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GANZ SCHON CLEVER

Reviewed by Joe Huber

GANZ SCHON CLEVER (Schmidt Spiele, 1 to 4 players, ages 8 and up, 30 minutes; $24.95)

 

One of the biggest trends in boardgames in the last few years has been the rise of “roll-and-write” games and their various relatives.  Exactly where the history of such games starts, and for that matter just what it takes to be included, is a subject of much debate.  Is Yahtzee the first such game?  Does the same die roll need to be used by all of the players?  Are actual dice required or will cards or other randomizers do? But regardless of where the lines are drawn, it seems to me that Qwixx (featured in the Summer 2013 GA Report), is the start of the current infatuation. But most of these have been lighter games, comparable in complexity to Qwixx.  Of course, it was inevitable that someone would design a roll-and-write game with a bit more meat to it.

Many folks, myself included, were introduced to Ganz Schön Clever at The Gathering of Friends and many quickly became addicted to the game.  Since then, this design by Wolfgang Warsch has added to its fame by garnering a Kennerspiel des Jahres nomination (a German award for “next step” games, above the family-focused Spiel des Jahres).

Gameplay is generally similar to a typical roll-and-write game.  A player rolls six six sided dice on his/her turn. There is one twist in the rolling: the active player chooses one of the rolled dice but then must set aside any dice of a lesser value, limiting the choices for their second and third rolls, or potentially even forfeiting them if no dice are left remaining to roll.  Five of these dice are colored and, when selected, are scored in its own area; the sixth white die can be used in any area.  But each area scores in a different way – from a grid of values to be scored in any order, to a grid containing each 2-die roll from 2-12 once, requiring both the blue AND white dice, to an area where each roll must be greater than the previous until a 6 is rolled, resetting the sequence.  One track has no requirements whatsoever. 

After the active player has used three dice – or runs out of dice to use – the rest of the players get to choose from the dice that have been placed aside. What makes Ganz schön Clever truly clever, though, is the bonus scoring and abilities possible in each scoring area – and even enabled as a bonus at the start of the round.  These range from re-rolls, to being able to use a die twice, to even scoring in other areas.  Finally, there are fox symbols in each scoring area; the number of fox symbols is multiplied by the lowest area score for an endgame bonus, encouraging diversification.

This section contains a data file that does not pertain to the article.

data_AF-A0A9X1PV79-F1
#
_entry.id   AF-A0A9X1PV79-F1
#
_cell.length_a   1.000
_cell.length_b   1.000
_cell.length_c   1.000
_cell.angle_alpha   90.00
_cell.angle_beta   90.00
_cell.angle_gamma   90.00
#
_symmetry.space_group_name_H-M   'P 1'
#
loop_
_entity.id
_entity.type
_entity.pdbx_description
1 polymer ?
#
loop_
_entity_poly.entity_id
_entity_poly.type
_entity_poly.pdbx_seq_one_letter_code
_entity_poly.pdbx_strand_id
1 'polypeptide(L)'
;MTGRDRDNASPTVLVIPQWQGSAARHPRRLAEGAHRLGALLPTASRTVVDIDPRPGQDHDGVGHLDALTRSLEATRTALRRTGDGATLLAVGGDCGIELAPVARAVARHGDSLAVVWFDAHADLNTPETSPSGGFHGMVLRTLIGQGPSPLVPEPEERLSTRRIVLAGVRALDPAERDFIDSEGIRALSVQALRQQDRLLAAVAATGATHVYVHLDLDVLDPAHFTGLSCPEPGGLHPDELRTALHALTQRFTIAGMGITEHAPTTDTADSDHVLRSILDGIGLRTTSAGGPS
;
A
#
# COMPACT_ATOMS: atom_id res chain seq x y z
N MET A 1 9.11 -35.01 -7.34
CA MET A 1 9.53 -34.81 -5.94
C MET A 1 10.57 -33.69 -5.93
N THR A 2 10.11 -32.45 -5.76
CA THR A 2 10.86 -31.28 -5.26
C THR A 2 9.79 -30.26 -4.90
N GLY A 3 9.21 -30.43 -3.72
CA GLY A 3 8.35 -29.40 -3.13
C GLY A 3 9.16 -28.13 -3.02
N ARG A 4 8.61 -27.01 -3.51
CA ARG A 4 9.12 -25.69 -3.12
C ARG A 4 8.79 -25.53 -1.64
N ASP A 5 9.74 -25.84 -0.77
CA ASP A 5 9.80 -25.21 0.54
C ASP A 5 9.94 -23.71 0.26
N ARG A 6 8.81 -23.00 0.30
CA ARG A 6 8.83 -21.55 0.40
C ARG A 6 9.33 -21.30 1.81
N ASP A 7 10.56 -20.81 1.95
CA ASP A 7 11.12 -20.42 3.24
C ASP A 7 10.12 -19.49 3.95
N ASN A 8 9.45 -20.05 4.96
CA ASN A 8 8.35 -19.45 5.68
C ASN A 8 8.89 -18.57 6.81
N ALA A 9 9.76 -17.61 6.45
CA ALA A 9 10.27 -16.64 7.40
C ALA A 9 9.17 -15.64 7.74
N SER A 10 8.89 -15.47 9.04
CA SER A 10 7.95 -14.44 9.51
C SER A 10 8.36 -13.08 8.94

Ganz schön Clever, while it is a more complex roll-and-write game than most, is still a roll and write game.  I’ve enjoyed a number of these games, but not all of them and most of the ones which have struck home with me have done so in part because of their simplicity. But here, the added complexity seems to add enough to the game to justify itself.  The degree of interaction between the various scoring opportunities and the need, for the bonus, to balance those opportunities, makes for an interesting experience.  Of course, since there’s so much more control when taking an active turn, there is a bit more interest with fewer players in the game, somewhat unusual for a game of this type.

The components of the game are, frankly, a disappointment.  The use of a pad of sheets, rather than erasable boards, is reasonable; there’s so much to keep track of on a sheet as to work better with a pen rather than an erasable marker.  But the decision to put the scoring on the back, rather than on the front, is workable, but klunky.  The dice are fine but nothing special.  On the whole, everything works but it’s easy to imagine a better implementation.  At least the game is appropriately inexpensive.

The biggest concern I have with the game is how well it will hold up to repeated play.  I’ve played seven times now, and I still enjoy the game – but my drive to play more is diminishing.  It’s entirely possible that it still holds another uptick in interest, but currently I don’t see that as likely.

Ganz Schön Clever is a game that all fans of roll-and-write games should try.  The interaction between the scoring regions is very different and notable and while it won’t appeal to everyone, it should be experienced.  It’s a good enough game as to be worth trying even by those who are less fond of the genre; it’s not hard to imagine this being the one roll-and-write game that really works for some folks. But for me, I’m not sure about it.  The abstract nature of the game is not a plus for me.  And I’m not a big enough fan of roll-and-write games for this to automatically pull me in.  That said, I’ve played seven times so far and will be happy to play more; it just might not be a game that needs to remain in my collection. – – – – Joe Huber


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